Musing about his profession, Remington noted, "I have always wanted to be able to paint running horses so you would feel the details and not see them."
He wants us to feel, not just watch. He wants us to know more than just the dry facts of our country's history; he wants us to share the vivid emotional experience of those who inhabited it. Life is love and conflict and drama and change, not just names and dates. McCullough reminds us of that with each shimmering, resonant page he writes.
That's what makes his work so appealing, even to people who otherwise might cringe and leap away from a history book the way one of Remington's horses rears back from a rattler.
Across the course of a long and distinguished career that has included two Pulitzer Prizes and the Chicago Tribune Literary Prize, McCullough has established himself as America's pre-eminent popular historian. The old saw about never letting the facts get in the way of a good story has no relevance in McCullough's universe; he gives us the facts and a good story, to boot. There is no conflict between truth and a crackerjack narrative.
"The Greater Journey" is a group biography of the Americans who, between 1830 and 1900, made the perilous crossing to Europe to dip their cups into the brightest, bubbliest, most refreshing stream that then flowed: Paris.
It may have been, as McCullough writes, "a dark labyrinth of narrow, filthy, foul-smelling streets running off every which way," a medieval city marked by "ancient stone buildings, some black with centuries of smoke and soot," but it was something else, too: the center of the world. It was the place where the very best in art, architecture, literature, science, philosophy, landscape design, sculpture and medicine thrived.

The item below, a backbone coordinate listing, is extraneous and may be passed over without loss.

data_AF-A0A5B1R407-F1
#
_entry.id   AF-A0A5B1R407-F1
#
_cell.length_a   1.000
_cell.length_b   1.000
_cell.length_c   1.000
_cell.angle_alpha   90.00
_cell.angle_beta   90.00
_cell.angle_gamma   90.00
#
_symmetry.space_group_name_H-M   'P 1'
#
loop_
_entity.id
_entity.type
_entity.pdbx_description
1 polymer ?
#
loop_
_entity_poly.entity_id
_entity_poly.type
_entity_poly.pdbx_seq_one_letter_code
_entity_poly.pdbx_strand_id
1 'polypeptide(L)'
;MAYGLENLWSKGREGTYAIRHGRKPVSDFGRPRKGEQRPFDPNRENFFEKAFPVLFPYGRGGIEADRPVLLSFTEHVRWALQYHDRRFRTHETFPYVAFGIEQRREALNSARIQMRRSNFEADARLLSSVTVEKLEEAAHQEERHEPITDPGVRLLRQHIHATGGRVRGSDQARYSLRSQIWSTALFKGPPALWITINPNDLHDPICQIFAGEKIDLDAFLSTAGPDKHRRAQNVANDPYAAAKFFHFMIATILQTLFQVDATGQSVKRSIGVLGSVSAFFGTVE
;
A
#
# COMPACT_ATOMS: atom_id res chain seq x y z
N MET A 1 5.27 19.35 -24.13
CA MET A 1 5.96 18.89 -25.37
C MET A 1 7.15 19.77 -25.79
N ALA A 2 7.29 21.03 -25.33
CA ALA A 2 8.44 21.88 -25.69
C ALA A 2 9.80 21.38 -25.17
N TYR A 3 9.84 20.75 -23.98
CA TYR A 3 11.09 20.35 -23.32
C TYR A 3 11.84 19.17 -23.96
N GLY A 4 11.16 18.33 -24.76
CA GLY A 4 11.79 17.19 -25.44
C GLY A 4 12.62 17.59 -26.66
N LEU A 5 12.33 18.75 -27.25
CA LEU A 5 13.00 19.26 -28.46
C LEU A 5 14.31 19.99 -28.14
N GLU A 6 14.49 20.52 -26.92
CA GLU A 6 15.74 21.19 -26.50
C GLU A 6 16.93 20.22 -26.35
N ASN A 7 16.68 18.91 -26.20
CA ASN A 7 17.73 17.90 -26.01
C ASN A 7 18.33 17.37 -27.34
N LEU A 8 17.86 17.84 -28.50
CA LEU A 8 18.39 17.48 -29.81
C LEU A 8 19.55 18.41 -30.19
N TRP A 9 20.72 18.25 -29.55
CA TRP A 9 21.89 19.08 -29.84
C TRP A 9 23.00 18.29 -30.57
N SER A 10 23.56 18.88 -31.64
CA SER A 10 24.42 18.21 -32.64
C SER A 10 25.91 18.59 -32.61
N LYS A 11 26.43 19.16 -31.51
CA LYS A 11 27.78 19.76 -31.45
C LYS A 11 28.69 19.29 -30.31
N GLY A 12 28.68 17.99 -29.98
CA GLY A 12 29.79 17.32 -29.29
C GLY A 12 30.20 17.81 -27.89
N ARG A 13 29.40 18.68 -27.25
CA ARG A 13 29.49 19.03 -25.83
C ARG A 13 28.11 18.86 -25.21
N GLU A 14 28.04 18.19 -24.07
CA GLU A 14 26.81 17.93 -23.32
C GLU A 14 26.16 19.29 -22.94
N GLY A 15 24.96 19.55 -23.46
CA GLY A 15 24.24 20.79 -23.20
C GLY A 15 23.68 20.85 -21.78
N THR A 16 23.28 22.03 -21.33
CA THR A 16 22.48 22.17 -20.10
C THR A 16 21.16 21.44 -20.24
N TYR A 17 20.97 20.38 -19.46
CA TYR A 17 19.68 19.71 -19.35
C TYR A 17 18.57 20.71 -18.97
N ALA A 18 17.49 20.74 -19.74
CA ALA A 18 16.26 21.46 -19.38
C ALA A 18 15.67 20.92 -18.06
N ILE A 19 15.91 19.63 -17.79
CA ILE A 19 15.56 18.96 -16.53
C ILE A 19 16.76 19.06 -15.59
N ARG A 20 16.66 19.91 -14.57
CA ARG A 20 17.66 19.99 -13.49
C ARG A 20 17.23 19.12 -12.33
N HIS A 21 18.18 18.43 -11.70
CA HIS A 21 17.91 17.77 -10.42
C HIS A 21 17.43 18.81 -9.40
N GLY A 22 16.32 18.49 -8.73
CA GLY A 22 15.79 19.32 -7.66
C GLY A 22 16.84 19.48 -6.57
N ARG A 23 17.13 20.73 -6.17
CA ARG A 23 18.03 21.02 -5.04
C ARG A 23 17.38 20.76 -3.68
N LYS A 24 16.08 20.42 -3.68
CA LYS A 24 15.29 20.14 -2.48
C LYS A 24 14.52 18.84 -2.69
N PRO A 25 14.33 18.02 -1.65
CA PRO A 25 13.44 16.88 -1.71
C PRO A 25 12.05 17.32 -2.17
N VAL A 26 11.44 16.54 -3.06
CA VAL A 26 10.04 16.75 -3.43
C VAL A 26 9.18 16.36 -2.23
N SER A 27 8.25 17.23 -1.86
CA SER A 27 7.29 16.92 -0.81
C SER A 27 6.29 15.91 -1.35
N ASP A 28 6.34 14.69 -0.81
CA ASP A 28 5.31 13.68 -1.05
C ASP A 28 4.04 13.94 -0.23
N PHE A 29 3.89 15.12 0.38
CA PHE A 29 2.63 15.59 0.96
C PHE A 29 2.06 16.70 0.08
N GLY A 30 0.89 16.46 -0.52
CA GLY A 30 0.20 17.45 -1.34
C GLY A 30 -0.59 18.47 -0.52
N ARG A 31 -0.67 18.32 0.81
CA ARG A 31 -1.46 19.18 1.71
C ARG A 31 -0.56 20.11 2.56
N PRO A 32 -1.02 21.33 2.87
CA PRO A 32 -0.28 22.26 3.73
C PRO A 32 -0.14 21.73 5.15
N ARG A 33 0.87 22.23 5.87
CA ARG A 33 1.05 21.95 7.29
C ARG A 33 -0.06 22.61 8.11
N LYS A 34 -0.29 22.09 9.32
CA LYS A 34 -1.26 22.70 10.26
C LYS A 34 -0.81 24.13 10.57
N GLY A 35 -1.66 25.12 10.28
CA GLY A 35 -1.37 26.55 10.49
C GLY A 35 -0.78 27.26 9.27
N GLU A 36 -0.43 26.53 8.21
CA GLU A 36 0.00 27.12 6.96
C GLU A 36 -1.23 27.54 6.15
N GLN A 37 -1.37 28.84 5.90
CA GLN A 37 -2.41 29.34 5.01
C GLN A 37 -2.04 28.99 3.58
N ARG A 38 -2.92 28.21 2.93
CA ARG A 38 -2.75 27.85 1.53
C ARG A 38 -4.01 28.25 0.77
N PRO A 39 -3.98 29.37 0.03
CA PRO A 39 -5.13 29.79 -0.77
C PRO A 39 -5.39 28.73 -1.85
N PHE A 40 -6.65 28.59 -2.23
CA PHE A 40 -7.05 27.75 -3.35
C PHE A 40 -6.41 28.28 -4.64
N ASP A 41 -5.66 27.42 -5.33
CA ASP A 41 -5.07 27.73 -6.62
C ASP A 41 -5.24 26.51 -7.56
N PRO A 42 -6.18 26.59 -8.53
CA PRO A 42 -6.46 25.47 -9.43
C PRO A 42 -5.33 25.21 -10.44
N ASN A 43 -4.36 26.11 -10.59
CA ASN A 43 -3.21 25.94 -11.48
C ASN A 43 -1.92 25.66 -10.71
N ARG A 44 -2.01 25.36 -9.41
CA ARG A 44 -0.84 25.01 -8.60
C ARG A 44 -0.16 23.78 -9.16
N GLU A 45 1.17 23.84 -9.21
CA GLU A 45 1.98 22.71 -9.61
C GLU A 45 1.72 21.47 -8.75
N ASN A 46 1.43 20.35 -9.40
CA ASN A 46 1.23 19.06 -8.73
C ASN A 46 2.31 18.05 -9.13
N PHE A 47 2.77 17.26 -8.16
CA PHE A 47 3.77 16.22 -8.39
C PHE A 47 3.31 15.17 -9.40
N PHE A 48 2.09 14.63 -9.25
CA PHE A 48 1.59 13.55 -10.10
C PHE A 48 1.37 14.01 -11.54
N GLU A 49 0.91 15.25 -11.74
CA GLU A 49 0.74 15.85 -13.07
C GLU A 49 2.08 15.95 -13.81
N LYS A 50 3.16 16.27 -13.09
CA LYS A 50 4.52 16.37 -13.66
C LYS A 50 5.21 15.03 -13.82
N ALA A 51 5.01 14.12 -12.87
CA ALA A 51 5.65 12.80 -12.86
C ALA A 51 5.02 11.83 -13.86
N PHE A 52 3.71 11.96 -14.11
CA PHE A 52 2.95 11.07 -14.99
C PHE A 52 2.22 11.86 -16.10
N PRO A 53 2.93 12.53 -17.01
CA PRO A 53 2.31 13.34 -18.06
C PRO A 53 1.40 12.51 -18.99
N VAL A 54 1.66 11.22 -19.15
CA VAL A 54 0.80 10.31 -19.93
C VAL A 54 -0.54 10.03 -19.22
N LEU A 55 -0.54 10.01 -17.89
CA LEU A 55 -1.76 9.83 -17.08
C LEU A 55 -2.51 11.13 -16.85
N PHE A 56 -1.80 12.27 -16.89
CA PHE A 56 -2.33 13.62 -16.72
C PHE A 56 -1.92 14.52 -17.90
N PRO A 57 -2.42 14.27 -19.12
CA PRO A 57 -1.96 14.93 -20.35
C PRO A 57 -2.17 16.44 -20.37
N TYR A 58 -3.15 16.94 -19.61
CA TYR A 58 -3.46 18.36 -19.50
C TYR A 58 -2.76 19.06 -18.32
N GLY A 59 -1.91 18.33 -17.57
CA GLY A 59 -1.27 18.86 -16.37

Among the intrepid Americans who made the trip were Harriet Beecher Stowe, Mary Cassatt, Margaret Fuller, Samuel Morse, James Fenimore Cooper, Oliver Wendell Holmes Sr. and Emma Willard. Painters, writers, educators, dreamers.
So why did our nation's foremost historian turn his gaze away from America?
Simple, McCullough said in a recent interview: to see America with new eyes.
"While my setting is Paris, you also learn, through the weave of images and characters, what was happening in the United States," he said.
The United States was still a young country in the 19th century, the world's freewheeling, exuberant kid sister. Paris was the accomplished older brother, supremely confident in his knowledge and thus always willing to teach. "The Greater Journey" is the exhilarating story of what Americans learned.
McCullough may write like a dream, but if he never picked up a pen again he would still be an American treasure because of his voice — a deep, resonant one with which he has narrated TV series such as "The Civil War" (1990) and almost two dozen installments of "American Experience," as well as the film "Seabiscuit" (2003). McCullough's is the go-to voice for projects that need a solid, four-square narrative heft that also twinkles with a hint of whimsy, of rueful kinship with the ambition and occasional folly that are endemic to the human condition.
In the end, only the ambition really matters, McCullough said. It is the point of "The Greater Journey," he added, identifying the book's spirit as one of "reaching a little higher. Not in competition with anyone — but for enjoyment, for the thrill of self-expression and of making the world a little better. These lives of accomplishment were affirmations."
And they remind us of what dwells on the other side of history's slow, stolid accumulation of ironclad fact: human beings. People who challenged themselves daily, who worked and planned, who lusted and struggled — and who dreamed of Paris.